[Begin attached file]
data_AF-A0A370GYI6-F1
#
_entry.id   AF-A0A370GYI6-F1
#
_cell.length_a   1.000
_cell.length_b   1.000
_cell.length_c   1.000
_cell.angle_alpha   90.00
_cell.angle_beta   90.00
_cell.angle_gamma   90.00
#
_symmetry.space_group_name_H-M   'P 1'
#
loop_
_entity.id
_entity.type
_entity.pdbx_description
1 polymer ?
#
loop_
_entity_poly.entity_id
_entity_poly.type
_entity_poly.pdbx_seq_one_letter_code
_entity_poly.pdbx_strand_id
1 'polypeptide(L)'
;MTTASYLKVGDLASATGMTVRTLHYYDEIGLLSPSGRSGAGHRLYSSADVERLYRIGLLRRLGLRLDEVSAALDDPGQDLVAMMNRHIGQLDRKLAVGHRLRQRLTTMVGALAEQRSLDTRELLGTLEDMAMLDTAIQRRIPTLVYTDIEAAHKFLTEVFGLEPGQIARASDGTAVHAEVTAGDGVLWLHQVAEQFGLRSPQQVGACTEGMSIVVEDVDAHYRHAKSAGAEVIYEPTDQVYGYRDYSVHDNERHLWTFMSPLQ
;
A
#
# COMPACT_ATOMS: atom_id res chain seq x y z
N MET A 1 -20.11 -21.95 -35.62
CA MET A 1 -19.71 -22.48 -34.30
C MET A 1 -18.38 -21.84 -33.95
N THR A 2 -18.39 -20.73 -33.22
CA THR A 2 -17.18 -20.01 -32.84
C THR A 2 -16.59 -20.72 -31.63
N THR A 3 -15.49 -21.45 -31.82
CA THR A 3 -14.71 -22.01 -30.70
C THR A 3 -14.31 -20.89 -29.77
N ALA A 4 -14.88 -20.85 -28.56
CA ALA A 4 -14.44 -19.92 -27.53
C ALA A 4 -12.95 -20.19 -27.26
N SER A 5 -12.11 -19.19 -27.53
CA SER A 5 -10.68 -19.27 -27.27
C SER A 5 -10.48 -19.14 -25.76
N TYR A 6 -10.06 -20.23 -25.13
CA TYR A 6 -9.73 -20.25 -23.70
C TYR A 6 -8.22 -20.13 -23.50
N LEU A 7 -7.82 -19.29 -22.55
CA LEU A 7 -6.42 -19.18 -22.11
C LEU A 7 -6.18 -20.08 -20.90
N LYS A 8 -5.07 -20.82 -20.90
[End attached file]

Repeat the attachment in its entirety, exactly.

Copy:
data_AF-A0A370GYI6-F1
#
_entry.id   AF-A0A370GYI6-F1
#
_cell.length_a   1.000
_cell.length_b   1.000
_cell.length_c   1.000
_cell.angle_alpha   90.00
_cell.angle_beta   90.00
_cell.angle_gamma   90.00
#
_symmetry.space_group_name_H-M   'P 1'
#
loop_
_entity.id
_entity.type
_entity.pdbx_description
1 polymer ?
#
loop_
_entity_poly.entity_id
_entity_poly.type
_entity_poly.pdbx_seq_one_letter_code
_entity_poly.pdbx_strand_id
1 'polypeptide(L)'
;MTTASYLKVGDLASATGMTVRTLHYYDEIGLLSPSGRSGAGHRLYSSADVERLYRIGLLRRLGLRLDEVSAALDDPGQDLVAMMNRHIGQLDRKLAVGHRLRQRLTTMVGALAEQRSLDTRELLGTLEDMAMLDTAIQRRIPTLVYTDIEAAHKFLTEVFGLEPGQIARASDGTAVHAEVTAGDGVLWLHQVAEQFGLRSPQQVGACTEGMSIVVEDVDAHYRHAKSAGAEVIYEPTDQVYGYRDYSVHDNERHLWTFMSPLQ
;
A
#
# COMPACT_ATOMS: atom_id res chain seq x y z
N MET A 1 -20.11 -21.95 -35.62
CA MET A 1 -19.71 -22.48 -34.30
C MET A 1 -18.38 -21.84 -33.95
N THR A 2 -18.39 -20.73 -33.22
CA THR A 2 -17.18 -20.01 -32.84
C THR A 2 -16.59 -20.72 -31.63
N THR A 3 -15.49 -21.45 -31.82
CA THR A 3 -14.71 -22.01 -30.70
C THR A 3 -14.31 -20.89 -29.77
N ALA A 4 -14.88 -20.85 -28.56
CA ALA A 4 -14.44 -19.92 -27.53
C ALA A 4 -12.95 -20.19 -27.26
N SER A 5 -12.11 -19.19 -27.53
CA SER A 5 -10.68 -19.27 -27.27
C SER A 5 -10.48 -19.14 -25.76
N TYR A 6 -10.06 -20.23 -25.13
CA TYR A 6 -9.73 -20.25 -23.70
C TYR A 6 -8.22 -20.13 -23.50
N LEU A 7 -7.82 -19.29 -22.55
CA LEU A 7 -6.42 -19.18 -22.11
C LEU A 7 -6.18 -20.08 -20.90
N LYS A 8 -5.07 -20.82 -20.90